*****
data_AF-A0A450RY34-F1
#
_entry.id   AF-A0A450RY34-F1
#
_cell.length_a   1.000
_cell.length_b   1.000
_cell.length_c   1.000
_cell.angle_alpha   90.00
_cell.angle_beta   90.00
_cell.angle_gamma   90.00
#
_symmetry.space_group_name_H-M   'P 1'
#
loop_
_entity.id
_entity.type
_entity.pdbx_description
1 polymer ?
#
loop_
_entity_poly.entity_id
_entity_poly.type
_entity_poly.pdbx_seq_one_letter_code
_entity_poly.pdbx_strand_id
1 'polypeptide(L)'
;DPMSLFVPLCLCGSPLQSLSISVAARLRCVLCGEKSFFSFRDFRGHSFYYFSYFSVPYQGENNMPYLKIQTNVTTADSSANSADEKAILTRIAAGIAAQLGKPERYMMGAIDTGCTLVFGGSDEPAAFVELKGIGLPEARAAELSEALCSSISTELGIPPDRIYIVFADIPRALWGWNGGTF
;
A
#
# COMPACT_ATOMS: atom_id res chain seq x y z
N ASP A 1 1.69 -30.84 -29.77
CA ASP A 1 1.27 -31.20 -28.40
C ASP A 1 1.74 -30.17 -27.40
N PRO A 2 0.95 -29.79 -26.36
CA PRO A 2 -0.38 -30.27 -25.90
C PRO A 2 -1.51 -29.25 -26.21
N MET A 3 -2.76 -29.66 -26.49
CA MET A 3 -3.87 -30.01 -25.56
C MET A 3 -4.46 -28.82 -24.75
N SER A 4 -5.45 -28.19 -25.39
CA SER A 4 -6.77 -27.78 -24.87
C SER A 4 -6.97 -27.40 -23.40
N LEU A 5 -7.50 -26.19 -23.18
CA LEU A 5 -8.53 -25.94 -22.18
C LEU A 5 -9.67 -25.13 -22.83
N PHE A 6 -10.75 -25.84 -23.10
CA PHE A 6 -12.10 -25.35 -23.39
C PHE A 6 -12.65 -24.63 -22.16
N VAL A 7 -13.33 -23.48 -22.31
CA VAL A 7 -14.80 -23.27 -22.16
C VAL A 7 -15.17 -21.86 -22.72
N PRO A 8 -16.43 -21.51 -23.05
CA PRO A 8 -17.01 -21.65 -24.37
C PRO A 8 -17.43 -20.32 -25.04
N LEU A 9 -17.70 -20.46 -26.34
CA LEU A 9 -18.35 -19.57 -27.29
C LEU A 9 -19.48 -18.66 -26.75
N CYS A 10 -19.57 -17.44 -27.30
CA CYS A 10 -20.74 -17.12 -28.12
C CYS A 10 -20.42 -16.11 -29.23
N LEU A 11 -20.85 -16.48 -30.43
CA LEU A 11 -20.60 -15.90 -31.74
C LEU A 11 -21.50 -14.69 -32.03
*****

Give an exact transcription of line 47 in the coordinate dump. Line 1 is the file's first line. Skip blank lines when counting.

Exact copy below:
CA PHE A 6 -12.10 -25.35 -23.39